'Took a shot'
A Brandon native, office furniture is Baker's first and only career. He worked in a showroom one summer when he was 19, and he was hooked.

Baker worked in sales for several local firms, moving up to manager at some places. In 2006 the owners of Florida Business Interiors in Orlando approached Baker about launching an office furniture operation in Tampa. “I was in my late 40s,” says Baker, “and I took a shot.”

Investors with the Orlando Florida Business Interiors loaned Baker startup capital and provided a name and advice. Baker declines to say how much capital he received in the beginning, only that he paid it back by 2010 because of the firm's rapid growth.

The strategy in the early going, says Baker, was to target industries he and his investors thought were somewhat recession-proof, or at least recession-resistant. Two big targets: community colleges, which usually see enrollment spikes in a recession, and the federal government. For the latter, MacDill Air Force Base was a key prospect.

Baker quickly realized, however, that knowing the target and getting in front of the target were vastly different tasks. So Baker says he and the sales team literally knocked on doors, cold-calling places like State College of Florida and Hillsborough Community College in Tampa, until they found the decision makers.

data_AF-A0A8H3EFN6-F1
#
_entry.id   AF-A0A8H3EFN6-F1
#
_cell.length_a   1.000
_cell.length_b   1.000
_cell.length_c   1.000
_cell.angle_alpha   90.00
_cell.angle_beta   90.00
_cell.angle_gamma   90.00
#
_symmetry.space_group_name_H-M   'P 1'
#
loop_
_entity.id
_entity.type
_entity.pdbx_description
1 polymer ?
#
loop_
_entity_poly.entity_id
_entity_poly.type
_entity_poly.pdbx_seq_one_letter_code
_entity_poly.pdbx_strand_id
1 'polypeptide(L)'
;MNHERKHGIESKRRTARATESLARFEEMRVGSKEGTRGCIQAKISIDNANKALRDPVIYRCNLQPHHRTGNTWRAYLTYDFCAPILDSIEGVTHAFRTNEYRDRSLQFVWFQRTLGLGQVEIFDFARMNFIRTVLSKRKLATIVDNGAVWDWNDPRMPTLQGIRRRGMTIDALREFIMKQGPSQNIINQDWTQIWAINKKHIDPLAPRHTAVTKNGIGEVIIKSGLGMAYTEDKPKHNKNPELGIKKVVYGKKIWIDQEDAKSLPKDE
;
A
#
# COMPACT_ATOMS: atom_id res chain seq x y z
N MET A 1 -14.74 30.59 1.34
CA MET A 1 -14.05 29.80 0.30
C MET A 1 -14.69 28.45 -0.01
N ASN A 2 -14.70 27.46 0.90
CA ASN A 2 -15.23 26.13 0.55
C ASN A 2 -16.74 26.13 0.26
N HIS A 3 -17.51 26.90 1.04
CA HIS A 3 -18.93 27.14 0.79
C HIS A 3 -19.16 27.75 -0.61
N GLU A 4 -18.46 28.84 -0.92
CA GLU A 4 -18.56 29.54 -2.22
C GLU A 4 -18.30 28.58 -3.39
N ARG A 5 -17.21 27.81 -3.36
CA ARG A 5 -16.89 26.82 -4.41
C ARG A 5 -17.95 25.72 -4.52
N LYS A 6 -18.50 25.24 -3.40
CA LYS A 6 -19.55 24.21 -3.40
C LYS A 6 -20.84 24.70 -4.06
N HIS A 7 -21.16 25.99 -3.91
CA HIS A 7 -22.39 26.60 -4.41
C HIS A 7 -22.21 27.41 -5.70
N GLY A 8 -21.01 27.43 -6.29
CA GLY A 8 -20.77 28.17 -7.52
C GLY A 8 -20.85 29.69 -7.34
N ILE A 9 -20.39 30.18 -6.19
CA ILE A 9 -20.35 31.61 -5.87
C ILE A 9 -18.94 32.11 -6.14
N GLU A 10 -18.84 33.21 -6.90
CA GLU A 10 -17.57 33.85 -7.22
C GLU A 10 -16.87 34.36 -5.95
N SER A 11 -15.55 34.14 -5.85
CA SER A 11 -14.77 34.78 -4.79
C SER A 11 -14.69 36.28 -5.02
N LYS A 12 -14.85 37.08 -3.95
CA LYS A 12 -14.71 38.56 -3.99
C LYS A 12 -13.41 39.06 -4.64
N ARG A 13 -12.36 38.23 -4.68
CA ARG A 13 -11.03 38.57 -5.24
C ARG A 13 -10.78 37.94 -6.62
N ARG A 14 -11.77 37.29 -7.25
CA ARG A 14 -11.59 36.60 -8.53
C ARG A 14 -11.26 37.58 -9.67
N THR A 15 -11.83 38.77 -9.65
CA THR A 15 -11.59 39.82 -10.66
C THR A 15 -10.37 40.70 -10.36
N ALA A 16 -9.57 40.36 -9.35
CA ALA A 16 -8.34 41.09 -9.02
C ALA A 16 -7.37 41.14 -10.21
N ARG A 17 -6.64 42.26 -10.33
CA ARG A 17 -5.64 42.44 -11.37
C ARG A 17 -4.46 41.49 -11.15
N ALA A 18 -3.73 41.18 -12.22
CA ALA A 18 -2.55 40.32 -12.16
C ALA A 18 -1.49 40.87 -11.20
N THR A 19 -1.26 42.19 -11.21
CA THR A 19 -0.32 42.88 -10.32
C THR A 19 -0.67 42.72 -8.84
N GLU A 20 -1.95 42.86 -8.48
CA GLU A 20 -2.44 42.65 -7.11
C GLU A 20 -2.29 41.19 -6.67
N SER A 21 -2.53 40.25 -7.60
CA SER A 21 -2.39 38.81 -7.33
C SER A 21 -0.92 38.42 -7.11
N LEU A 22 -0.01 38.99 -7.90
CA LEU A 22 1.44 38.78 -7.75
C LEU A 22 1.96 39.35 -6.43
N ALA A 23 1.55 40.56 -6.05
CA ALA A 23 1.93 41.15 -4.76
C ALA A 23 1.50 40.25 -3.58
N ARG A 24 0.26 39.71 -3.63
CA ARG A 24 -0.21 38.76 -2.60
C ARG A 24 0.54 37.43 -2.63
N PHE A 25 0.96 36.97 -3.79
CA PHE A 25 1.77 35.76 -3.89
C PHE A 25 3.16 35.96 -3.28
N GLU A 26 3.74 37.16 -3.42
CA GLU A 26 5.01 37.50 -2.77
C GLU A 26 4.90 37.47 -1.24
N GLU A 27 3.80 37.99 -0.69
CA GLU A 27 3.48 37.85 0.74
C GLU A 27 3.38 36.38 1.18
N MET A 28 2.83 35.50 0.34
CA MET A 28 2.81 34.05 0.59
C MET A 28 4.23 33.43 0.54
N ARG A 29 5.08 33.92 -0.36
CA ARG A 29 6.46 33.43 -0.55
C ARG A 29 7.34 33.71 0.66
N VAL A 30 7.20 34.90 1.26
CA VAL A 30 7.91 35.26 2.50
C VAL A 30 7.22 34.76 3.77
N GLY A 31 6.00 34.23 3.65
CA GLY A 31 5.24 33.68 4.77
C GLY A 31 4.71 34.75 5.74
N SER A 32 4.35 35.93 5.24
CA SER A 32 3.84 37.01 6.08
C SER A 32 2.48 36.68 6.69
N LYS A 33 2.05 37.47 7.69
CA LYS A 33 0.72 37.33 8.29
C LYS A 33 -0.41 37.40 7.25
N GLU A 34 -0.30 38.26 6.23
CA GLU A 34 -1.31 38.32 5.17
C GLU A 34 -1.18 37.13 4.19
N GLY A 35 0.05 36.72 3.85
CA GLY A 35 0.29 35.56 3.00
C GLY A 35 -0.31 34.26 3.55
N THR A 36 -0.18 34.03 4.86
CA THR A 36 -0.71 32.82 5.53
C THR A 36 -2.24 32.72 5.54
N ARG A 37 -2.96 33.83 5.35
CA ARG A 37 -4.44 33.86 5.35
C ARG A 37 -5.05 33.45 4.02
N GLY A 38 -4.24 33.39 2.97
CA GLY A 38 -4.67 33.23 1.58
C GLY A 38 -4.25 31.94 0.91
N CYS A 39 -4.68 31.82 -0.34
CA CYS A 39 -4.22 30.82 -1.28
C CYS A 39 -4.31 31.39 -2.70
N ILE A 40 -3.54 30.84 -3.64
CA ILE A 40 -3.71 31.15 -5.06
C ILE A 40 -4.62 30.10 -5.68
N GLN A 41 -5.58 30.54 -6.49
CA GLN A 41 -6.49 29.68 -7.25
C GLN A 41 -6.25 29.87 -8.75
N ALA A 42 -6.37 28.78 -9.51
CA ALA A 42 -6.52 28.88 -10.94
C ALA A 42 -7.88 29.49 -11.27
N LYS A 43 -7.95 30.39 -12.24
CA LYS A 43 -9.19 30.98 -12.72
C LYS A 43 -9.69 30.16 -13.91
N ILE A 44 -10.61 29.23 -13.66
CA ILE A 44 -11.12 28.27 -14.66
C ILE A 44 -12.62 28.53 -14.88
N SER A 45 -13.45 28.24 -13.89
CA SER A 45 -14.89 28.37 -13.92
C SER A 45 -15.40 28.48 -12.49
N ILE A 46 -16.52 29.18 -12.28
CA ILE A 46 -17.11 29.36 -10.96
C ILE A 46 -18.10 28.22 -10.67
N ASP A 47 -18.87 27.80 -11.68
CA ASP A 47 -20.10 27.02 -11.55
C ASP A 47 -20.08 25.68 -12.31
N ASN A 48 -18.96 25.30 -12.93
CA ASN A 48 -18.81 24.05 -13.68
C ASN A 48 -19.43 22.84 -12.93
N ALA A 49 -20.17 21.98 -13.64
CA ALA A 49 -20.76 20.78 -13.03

That diligence paid off in 2011, when the company received a constant stream of orders. So many orders, actually, that one of Baker's big regrets in the growth surge was he was slow to add employees to handle the extra work. Says Baker: “We had people who were working 80 to 90 hours a week.”

He has since added a few employees — though he doesn't project 2012 will be another year where the firm more than doubles revenues.

“We won't be as good this year, but it will be pretty good,” Baker says. “I don't have to be No. 1. The third largest is fine with me.”


Latest News


Special Offer: Only $1 Per Week For 1 Year!

Your free article limit has been reached this month.
Subscribe now for unlimited digital access to our award-winning business news.
Join thousands of executives who rely on us for insights spanning Tampa Bay to Naples.